Awake or asleep?
Position: supine, prone, upright, sitting, moving?
Feeding? Anything in the mouth? Availability of item to choke on? Vomiting or spitting up?
Objects nearby that could smother or choke?
State during the event
Choking or gagging noise?
Active/moving or quiet/flaccid?
Conscious? Able to see you or respond to voice?
Muscle tone increased or decreased?
Appeared distressed or alarmed?
Breathing: yes/no, struggling to breathe?
Skin color: normal, pale, red, or blue?
Bleeding from nose or mouth?
Color of lips: normal, pale, or blue?
End of event
Approximate duration of the event?
How did it stop: with no intervention, picking up, positioning, rubbing or clapping back, mouth-to-mouth, chest compressions, etc?
End abruptly or gradually?
Treatment provided by parent/caregiver (eg, glucose-containing drink or food)?
911 called by caregiver?
State after event
Back to normal immediately/gradually/still not there?
Before back to normal, was quiet, dazed, fussy, irritable, crying?
Illness in preceding day(s)?
If yes, detail signs/symptoms (fussiness, decreased activity, fever, congestion, rhinorrhea, cough, vomiting, diarrhea, decreased intake, poor sleep)
Injuries, falls, previous unexplained bruising?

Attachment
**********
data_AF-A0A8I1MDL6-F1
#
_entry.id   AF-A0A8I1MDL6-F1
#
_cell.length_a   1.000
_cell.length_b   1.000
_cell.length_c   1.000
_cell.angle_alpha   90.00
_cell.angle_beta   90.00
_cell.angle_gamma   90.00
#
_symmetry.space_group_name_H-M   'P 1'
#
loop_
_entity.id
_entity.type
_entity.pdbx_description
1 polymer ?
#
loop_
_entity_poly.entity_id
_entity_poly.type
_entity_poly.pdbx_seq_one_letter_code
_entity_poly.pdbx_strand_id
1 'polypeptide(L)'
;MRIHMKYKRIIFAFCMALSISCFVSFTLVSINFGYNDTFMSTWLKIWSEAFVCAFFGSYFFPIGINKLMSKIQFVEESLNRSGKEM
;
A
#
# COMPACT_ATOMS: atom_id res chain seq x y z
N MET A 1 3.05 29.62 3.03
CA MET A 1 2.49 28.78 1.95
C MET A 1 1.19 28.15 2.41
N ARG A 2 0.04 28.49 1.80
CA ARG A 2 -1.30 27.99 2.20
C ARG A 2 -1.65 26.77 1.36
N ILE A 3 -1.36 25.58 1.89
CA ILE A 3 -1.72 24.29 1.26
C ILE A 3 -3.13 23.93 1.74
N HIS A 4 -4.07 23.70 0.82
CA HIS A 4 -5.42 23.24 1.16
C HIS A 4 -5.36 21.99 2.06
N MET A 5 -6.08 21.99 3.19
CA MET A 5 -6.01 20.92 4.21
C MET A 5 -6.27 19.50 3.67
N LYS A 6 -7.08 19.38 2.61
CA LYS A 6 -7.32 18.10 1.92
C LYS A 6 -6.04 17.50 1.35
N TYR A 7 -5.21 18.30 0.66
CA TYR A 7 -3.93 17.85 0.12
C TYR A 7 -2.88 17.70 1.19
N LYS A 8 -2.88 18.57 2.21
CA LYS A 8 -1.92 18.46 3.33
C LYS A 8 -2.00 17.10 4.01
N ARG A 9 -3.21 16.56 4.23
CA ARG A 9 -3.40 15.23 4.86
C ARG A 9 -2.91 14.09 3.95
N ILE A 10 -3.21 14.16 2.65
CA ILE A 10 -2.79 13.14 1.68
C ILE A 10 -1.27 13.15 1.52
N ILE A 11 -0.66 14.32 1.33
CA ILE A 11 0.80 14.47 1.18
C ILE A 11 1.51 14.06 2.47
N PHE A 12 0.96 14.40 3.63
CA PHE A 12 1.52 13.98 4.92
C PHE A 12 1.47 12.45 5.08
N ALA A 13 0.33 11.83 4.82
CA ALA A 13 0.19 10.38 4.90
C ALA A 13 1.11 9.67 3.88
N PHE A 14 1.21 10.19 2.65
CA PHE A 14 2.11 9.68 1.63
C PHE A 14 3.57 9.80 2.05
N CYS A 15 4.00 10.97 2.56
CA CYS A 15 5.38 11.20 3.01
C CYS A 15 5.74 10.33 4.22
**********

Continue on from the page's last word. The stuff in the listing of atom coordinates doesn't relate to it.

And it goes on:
Past medical history
Newborn screen normal (for IEMs, congenital heart disease)?
Reflux? If yes, obtain details, including management
Breathing problems? Noisy ever? Snoring?
Growth patterns normal?
Development normal? Assess a few major milestones across categories, any concerns about development or behavior?
Illnesses, injuries, emergencies?
Previous hospitalization, surgery?
Use of over-the-counter medications?
Sudden unexplained death (including unexplained car accident or drowning) in first- or second-degree family members before age 35, and particularly as an infant?
Apparent life-threatening event in sibling?
Long QT syndrome?
Inborn error of metabolism or genetic disease?
Housing: general, water damage, or mold problems?
Exposure to tobacco smoke, toxic substances, drugs?
Family structure, individuals living in home?
Housing: general, mold?
Recent changes, stressors, or strife?
Exposure to smoke, toxic substances, drugs?
Recent exposure to infectious illness, particularly upper respiratory illness, paroxysmal cough, pertussis?
Support system(s)/access to needed resources?
Current level of concern/anxiety; how family manages adverse situations?
Potential impact of event/admission on work/family?